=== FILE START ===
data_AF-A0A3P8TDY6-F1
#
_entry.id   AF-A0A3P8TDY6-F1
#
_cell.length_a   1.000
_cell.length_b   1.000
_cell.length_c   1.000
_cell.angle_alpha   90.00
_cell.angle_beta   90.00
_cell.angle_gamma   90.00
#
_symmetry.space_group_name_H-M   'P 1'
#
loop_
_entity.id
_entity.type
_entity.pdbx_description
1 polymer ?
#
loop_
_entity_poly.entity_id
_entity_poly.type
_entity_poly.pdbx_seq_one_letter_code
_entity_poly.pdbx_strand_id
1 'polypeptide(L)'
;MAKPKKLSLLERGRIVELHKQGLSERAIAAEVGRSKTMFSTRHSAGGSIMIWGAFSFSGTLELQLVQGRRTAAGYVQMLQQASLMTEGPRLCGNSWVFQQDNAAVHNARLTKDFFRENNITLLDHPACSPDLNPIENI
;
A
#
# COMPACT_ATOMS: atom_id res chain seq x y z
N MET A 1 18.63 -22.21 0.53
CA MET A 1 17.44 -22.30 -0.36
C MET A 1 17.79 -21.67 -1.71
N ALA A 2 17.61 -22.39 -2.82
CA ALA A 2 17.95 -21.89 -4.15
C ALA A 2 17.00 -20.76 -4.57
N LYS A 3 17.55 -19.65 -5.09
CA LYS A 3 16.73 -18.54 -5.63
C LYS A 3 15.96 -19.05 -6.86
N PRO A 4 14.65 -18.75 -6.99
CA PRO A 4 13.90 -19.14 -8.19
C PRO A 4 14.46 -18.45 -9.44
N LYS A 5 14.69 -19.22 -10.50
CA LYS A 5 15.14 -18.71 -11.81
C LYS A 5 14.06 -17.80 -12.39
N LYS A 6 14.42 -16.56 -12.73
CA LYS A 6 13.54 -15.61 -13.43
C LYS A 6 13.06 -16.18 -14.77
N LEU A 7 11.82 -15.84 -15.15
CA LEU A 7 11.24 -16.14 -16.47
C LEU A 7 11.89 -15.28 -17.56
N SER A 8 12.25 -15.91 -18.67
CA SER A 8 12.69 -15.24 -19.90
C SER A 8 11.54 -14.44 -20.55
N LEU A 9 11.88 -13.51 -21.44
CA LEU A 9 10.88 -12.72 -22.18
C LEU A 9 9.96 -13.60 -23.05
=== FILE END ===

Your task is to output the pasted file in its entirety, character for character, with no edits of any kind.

data_AF-A0A3P8TDY6-F1
#
_entry.id   AF-A0A3P8TDY6-F1
#
_cell.length_a   1.000
_cell.length_b   1.000
_cell.length_c   1.000
_cell.angle_alpha   90.00
_cell.angle_beta   90.00
_cell.angle_gamma   90.00
#
_symmetry.space_group_name_H-M   'P 1'
#
loop_
_entity.id
_entity.type
_entity.pdbx_description
1 polymer ?
#
loop_
_entity_poly.entity_id
_entity_poly.type
_entity_poly.pdbx_seq_one_letter_code
_entity_poly.pdbx_strand_id
1 'polypeptide(L)'
;MAKPKKLSLLERGRIVELHKQGLSERAIAAEVGRSKTMFSTRHSAGGSIMIWGAFSFSGTLELQLVQGRRTAAGYVQMLQQASLMTEGPRLCGNSWVFQQDNAAVHNARLTKDFFRENNITLLDHPACSPDLNPIENI
;
A
#
# COMPACT_ATOMS: atom_id res chain seq x y z
N MET A 1 18.63 -22.21 0.53
CA MET A 1 17.44 -22.30 -0.36
C MET A 1 17.79 -21.67 -1.71
N ALA A 2 17.61 -22.39 -2.82
CA ALA A 2 17.95 -21.89 -4.15
C ALA A 2 17.00 -20.76 -4.57
N LYS A 3 17.55 -19.65 -5.09
CA LYS A 3 16.73 -18.54 -5.63
C LYS A 3 15.96 -19.05 -6.86
N PRO A 4 14.65 -18.75 -6.99
CA PRO A 4 13.90 -19.14 -8.19
C PRO A 4 14.46 -18.45 -9.44
N LYS A 5 14.69 -19.22 -10.50
CA LYS A 5 15.14 -18.71 -11.81
C LYS A 5 14.06 -17.80 -12.39
N LYS A 6 14.42 -16.56 -12.73
CA LYS A 6 13.54 -15.61 -13.43
C LYS A 6 13.06 -16.18 -14.77
N LEU A 7 11.82 -15.84 -15.15
CA LEU A 7 11.24 -16.14 -16.47
C LEU A 7 11.89 -15.28 -17.56
N SER A 8 12.25 -15.91 -18.67
CA SER A 8 12.69 -15.24 -19.90
C SER A 8 11.54 -14.44 -20.55
N LEU A 9 11.88 -13.51 -21.44
CA LEU A 9 10.88 -12.72 -22.18
C LEU A 9 9.96 -13.60 -23.05